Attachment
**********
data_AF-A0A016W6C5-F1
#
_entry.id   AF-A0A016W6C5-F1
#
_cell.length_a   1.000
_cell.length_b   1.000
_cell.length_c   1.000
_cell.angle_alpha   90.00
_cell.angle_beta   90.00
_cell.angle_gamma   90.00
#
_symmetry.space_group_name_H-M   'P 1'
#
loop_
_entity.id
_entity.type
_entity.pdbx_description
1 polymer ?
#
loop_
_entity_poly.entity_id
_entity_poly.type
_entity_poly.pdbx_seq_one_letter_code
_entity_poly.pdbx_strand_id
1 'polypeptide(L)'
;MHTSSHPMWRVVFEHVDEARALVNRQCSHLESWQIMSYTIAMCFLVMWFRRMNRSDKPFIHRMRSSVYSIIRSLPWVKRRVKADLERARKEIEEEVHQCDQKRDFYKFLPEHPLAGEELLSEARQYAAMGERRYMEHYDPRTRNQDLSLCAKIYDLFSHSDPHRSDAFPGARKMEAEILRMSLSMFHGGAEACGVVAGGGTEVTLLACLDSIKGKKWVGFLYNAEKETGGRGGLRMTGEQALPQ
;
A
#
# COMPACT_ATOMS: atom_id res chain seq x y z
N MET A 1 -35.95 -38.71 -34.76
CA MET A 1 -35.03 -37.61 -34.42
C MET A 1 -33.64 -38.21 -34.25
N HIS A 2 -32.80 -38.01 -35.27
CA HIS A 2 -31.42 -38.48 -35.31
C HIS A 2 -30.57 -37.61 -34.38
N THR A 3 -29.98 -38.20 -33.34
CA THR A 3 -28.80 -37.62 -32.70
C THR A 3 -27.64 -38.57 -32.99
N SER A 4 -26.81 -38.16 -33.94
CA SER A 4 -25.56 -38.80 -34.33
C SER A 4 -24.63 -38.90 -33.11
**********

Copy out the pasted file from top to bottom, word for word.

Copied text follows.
data_AF-A0A016W6C5-F1
#
_entry.id   AF-A0A016W6C5-F1
#
_cell.length_a   1.000
_cell.length_b   1.000
_cell.length_c   1.000
_cell.angle_alpha   90.00
_cell.angle_beta   90.00
_cell.angle_gamma   90.00
#
_symmetry.space_group_name_H-M   'P 1'
#
loop_
_entity.id
_entity.type
_entity.pdbx_description
1 polymer ?
#
loop_
_entity_poly.entity_id
_entity_poly.type
_entity_poly.pdbx_seq_one_letter_code
_entity_poly.pdbx_strand_id
1 'polypeptide(L)'
;MHTSSHPMWRVVFEHVDEARALVNRQCSHLESWQIMSYTIAMCFLVMWFRRMNRSDKPFIHRMRSSVYSIIRSLPWVKRRVKADLERARKEIEEEVHQCDQKRDFYKFLPEHPLAGEELLSEARQYAAMGERRYMEHYDPRTRNQDLSLCAKIYDLFSHSDPHRSDAFPGARKMEAEILRMSLSMFHGGAEACGVVAGGGTEVTLLACLDSIKGKKWVGFLYNAEKETGGRGGLRMTGEQALPQ
;
A
#
# COMPACT_ATOMS: atom_id res chain seq x y z
N MET A 1 -35.95 -38.71 -34.76
CA MET A 1 -35.03 -37.61 -34.42
C MET A 1 -33.64 -38.21 -34.25
N HIS A 2 -32.80 -38.01 -35.27
CA HIS A 2 -31.42 -38.48 -35.31
C HIS A 2 -30.57 -37.61 -34.38
N THR A 3 -29.98 -38.20 -33.34
CA THR A 3 -28.80 -37.62 -32.70
C THR A 3 -27.64 -38.57 -32.99
N SER A 4 -26.81 -38.16 -33.94
CA SER A 4 -25.56 -38.80 -34.33
C SER A 4 -24.63 -38.90 -33.11